Out of Control Poaching on Cocos Island
The Sea Shepherd Conservation Society understands that any change in Costa Rica must come from Costa Ricans, and it is these individuals who will make the difference. But they need support, and Sea Shepherd is working to help raise that support.
SSCS Exposes Illegal Fishing
The Sea Shepherd Conservation Society is finding out more and more about the extent of illegal fishing in Central America each day and it is not a pretty picture.
The slaughter of sharks is enormous, with demand for sharks not just from the Asian market for shark fin soup but also surprisingly from the worldwide demand for shark fibers in the computer industry.
The fibers from the spinal cord and the fins of sharks are in demand as insulating material for use in computers, as well as for the natural health markets. Sea Shepherd is investigating these markets further.
In addition, the ports of Puntarenas and Caldera has seen five large-scale tuna seiners unload their cargos in the last ten days.
Each of these expensive, fast and efficient vessels carry helicopters and all are fishing on porpoise, i.e. using herds of dolphins to locate tuna and in the process drowning large numbers of dolphins. These vessels are registered in Panama, Venezuela, Colombia and Spain.
“The fishing industry represents big money in Central and South America,” reports Captain Paul Watson. “Big money translates into political power and I’m afraid that what the fishing corporations want, the fishing corporations will get.”
In Costa Rica, the full spectrum of the worldwide fisheries problem can be observed. On the top there is the large tuna boats and the Taiwanese offshore fisheries. These are vessels that fish permanently offshore and unload their catch onto packers to bring to shore so as to not disrupt their non-stop fishing activities.
Lower down on the scale are the small Costa Rican longliners. On the surface these look like poor fishermen trying to get by, with a need to feed their families and making very little. And to some extent this is very true. Except for one thing, these boats make money and the money goes to the owners, the men who do not take the risks and do the hard work.
These same men send poor underpaid fishermen out in poorly constructed vessels without anchors, liferafts, and safety equipment. Many of these men are killed each year by the negligence of these vessel owners. However, when caught fishing illegally, the owners trot out their poor employees who cry out that they are simply poor fishermen trying to feed their families.
It is ironic that Sea Shepherd is accused of attempting to kill Costa Rican fishermen, by the same men (fishing boat owners), who actually are responsible for killing Costa Rican fishermen every year because of negligence.
Sea Shepherd crewmembers have never caused an injury or a death to any person in over 25 years of operations.
Even lower down on the scale are the individual fishermen fishing from piers and from the shore. The numbers taken are undocumented. There is no enforcement on size, sex, or species restrictions. Sea Shepherd crew have observed small fish being taken on the main pier in Puntarenas that are tossed aside on the cement to die – and left there.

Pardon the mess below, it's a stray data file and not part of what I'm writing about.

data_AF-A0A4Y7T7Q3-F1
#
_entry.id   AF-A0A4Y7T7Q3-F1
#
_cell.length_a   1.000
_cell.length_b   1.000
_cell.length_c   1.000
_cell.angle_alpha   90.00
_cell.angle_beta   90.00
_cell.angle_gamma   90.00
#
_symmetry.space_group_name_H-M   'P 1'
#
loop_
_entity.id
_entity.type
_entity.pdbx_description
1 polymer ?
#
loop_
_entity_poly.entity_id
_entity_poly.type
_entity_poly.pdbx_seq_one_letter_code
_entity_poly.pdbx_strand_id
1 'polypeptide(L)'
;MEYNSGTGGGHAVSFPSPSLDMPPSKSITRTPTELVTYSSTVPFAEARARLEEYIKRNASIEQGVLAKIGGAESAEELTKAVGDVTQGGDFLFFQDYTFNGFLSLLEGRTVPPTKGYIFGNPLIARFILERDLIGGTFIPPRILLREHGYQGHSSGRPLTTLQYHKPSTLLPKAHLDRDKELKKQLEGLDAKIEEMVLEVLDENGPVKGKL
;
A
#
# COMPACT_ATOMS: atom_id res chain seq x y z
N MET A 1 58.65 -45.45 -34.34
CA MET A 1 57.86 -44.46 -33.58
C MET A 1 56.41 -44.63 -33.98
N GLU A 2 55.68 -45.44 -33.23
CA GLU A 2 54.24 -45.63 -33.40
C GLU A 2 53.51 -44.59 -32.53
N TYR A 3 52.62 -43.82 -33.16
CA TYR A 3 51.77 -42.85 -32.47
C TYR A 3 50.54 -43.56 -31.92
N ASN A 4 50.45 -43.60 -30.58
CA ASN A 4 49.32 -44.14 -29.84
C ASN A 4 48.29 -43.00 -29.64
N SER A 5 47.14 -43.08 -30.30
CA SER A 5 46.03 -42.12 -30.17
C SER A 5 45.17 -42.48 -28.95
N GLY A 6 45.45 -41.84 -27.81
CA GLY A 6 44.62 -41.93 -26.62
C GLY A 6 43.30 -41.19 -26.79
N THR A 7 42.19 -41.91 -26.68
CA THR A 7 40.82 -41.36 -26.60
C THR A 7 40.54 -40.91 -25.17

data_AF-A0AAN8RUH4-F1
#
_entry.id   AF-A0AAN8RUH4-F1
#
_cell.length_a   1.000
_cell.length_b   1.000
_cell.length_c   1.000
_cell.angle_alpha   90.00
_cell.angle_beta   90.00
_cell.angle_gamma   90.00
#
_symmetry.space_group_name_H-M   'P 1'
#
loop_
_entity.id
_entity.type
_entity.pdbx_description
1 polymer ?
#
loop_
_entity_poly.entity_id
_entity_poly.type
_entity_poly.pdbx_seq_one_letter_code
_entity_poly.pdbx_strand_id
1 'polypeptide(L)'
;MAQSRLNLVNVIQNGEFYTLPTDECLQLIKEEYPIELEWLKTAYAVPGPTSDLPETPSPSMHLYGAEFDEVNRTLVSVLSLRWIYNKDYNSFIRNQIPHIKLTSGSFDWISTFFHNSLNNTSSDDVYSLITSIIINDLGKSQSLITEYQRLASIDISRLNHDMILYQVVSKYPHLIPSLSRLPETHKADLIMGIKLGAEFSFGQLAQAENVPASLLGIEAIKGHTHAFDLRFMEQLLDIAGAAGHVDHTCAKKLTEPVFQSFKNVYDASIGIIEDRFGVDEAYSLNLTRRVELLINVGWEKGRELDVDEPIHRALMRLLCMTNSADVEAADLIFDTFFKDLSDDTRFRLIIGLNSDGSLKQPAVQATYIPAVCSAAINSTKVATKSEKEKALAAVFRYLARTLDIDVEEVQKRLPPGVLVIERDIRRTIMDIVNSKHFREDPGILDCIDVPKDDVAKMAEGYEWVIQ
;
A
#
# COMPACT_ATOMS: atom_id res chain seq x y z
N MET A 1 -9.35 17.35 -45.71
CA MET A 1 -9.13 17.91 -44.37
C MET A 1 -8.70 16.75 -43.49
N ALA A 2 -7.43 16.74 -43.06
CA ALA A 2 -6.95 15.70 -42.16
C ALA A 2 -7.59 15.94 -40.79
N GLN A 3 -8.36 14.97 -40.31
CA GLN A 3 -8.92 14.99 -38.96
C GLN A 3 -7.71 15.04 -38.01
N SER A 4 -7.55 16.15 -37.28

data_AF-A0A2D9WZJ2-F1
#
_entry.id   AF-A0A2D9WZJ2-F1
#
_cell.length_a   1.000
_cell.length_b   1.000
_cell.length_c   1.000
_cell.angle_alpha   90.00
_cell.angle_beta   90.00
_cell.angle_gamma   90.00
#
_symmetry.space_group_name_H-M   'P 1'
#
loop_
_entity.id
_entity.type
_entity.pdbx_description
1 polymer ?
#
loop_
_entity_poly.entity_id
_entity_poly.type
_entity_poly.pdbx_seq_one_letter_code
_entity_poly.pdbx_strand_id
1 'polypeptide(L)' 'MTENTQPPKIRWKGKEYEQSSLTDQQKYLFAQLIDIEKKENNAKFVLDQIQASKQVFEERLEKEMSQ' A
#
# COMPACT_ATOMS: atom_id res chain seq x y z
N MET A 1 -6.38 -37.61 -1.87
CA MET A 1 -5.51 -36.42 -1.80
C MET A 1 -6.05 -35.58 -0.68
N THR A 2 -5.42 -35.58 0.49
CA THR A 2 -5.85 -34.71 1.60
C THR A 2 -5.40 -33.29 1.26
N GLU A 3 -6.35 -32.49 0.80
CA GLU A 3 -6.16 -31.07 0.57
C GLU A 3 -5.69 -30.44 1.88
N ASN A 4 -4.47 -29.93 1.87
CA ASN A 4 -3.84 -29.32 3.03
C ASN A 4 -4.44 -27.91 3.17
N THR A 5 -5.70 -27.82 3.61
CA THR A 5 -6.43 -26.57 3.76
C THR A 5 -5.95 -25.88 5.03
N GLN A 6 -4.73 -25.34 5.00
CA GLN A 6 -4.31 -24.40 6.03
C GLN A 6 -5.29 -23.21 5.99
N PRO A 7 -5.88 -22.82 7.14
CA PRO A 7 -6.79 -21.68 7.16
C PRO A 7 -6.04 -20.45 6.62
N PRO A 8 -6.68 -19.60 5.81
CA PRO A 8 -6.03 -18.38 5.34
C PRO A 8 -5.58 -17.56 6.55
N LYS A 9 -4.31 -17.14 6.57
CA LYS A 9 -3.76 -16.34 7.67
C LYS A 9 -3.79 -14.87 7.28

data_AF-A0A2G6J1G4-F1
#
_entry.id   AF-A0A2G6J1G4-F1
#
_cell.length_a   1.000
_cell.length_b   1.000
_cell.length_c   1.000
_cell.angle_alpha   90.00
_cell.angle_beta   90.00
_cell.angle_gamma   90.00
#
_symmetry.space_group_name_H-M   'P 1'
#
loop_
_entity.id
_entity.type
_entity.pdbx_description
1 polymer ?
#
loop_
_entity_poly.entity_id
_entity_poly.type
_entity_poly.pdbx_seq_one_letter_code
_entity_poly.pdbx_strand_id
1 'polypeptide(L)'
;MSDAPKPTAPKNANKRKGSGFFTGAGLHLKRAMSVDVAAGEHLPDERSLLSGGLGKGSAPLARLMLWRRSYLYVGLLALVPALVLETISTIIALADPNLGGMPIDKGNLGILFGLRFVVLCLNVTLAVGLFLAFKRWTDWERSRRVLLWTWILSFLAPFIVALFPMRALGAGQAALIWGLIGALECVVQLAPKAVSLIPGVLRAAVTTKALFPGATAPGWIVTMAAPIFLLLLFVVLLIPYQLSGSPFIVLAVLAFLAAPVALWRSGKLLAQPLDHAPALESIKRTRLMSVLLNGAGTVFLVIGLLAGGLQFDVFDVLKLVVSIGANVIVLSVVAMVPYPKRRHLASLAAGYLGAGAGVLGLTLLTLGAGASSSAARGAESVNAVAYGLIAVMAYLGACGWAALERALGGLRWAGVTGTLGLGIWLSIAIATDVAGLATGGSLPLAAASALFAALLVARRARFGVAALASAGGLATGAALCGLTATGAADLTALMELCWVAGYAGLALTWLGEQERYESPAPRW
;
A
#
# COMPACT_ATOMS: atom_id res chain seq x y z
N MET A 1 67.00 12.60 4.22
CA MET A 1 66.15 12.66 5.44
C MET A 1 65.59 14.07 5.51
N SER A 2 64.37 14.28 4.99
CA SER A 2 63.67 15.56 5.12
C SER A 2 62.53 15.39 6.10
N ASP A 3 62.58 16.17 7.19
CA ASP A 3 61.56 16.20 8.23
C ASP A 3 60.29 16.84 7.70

SSCS crewmembers have observed puffer fish being caught, deliberately killed and tossed back. This mortality is apparently small but when it is taken into consideration that there are literally tens of thousands of isolated fishermen doing this, the numbers of fish destroyed is tremendous.
Observation of the beaches in Puntarenas have shown large numbers of dead fish being washed up in the surf and littering the beaches.
The same beaches, where hundreds of Costa Ricans swim each day, are littered with used condoms, coke bottles, disposable diapers, and assorted trash. It’s as if people have evolved the ability to visually deny the filth around them, instead of addressing the problem by cleaning it up.
In Costa Rica, evidence clearly shows how nations like Taiwan use foreign aid to expand their fishing operations. Taiwan gives money to the Costa Rican government and helps to fund the development of the fishing industry. In return, Taiwanese vessels are allowed to operate in Costa Rican waters and a blind eye given to their legal infractions.
Tuna sizes are drastically down from a decade before. There are fewer fish and much fewer sharks and billfish. Turtle mortality has escalated due to the shrimpers, and the longliners. Dolphins continue to be slaughtered in the giant purse seine nets.
The bottom line is this: Costa Rica is considered to be the most ecologically aware and most environmentally educated country in Central America. Despite this, marine wildlife is seriously threatened by over-fishing and illegal fishing. Cocos Island National Park is seriously threatened by poachers.
The marine eco-system is in serious trouble and the only thing that will save it is an aggressive, determined, and serious campaign by the new government of Costa Rica to turn it around.